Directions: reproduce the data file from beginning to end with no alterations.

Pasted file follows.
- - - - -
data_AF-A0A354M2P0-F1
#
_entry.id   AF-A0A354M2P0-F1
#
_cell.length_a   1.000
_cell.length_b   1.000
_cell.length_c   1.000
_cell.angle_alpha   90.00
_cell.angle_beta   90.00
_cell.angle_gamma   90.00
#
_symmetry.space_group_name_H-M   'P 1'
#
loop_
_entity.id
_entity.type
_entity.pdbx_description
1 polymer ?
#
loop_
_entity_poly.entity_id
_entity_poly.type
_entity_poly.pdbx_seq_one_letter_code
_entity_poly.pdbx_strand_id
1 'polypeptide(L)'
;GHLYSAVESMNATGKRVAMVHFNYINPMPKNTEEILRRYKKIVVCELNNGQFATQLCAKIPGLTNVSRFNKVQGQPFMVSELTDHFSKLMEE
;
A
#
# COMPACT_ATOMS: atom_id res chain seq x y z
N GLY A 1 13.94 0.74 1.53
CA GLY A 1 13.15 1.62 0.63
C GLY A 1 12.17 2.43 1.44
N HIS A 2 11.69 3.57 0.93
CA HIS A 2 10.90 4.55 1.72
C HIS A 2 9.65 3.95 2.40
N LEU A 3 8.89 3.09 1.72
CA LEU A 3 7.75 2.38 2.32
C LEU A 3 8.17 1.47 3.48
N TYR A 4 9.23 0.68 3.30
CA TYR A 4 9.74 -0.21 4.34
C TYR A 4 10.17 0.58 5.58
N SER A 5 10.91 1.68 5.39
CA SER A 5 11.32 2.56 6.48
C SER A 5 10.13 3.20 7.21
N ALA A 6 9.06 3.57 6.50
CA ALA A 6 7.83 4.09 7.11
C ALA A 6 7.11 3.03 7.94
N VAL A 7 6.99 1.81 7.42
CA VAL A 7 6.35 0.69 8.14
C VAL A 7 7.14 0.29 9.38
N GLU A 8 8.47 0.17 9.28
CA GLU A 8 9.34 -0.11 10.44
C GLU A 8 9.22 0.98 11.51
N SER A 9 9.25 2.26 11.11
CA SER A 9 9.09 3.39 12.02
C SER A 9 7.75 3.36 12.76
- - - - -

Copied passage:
data_AF-A0A354M2P0-F1
#
_entry.id   AF-A0A354M2P0-F1
#
_cell.length_a   1.000
_cell.length_b   1.000
_cell.length_c   1.000
_cell.angle_alpha   90.00
_cell.angle_beta   90.00
_cell.angle_gamma   90.00
#
_symmetry.space_group_name_H-M   'P 1'
#
loop_
_entity.id
_entity.type
_entity.pdbx_description
1 polymer ?
#
loop_
_entity_poly.entity_id
_entity_poly.type
_entity_poly.pdbx_seq_one_letter_code
_entity_poly.pdbx_strand_id
1 'polypeptide(L)'
;GHLYSAVESMNATGKRVAMVHFNYINPMPKNTEEILRRYKKIVVCELNNGQFATQLCAKIPGLTNVSRFNKVQGQPFMVSELTDHFSKLMEE
;
A
#
# COMPACT_ATOMS: atom_id res chain seq x y z
N GLY A 1 13.94 0.74 1.53
CA GLY A 1 13.15 1.62 0.63
C GLY A 1 12.17 2.43 1.44
N HIS A 2 11.69 3.57 0.93
CA HIS A 2 10.90 4.55 1.72
C HIS A 2 9.65 3.95 2.40
N LEU A 3 8.89 3.09 1.72
CA LEU A 3 7.75 2.38 2.32
C LEU A 3 8.17 1.47 3.48
N TYR A 4 9.23 0.68 3.30
CA TYR A 4 9.74 -0.21 4.34
C TYR A 4 10.17 0.58 5.58
N SER A 5 10.91 1.68 5.39
CA SER A 5 11.32 2.56 6.48
C SER A 5 10.13 3.20 7.21
N ALA A 6 9.06 3.57 6.50
CA ALA A 6 7.83 4.09 7.11
C ALA A 6 7.11 3.03 7.94
N VAL A 7 6.99 1.81 7.42
CA VAL A 7 6.35 0.69 8.14
C VAL A 7 7.14 0.29 9.38
N GLU A 8 8.47 0.17 9.28
CA GLU A 8 9.34 -0.11 10.44
C GLU A 8 9.22 0.98 11.51
N SER A 9 9.25 2.26 11.11
CA SER A 9 9.09 3.39 12.02
C SER A 9 7.75 3.36 12.76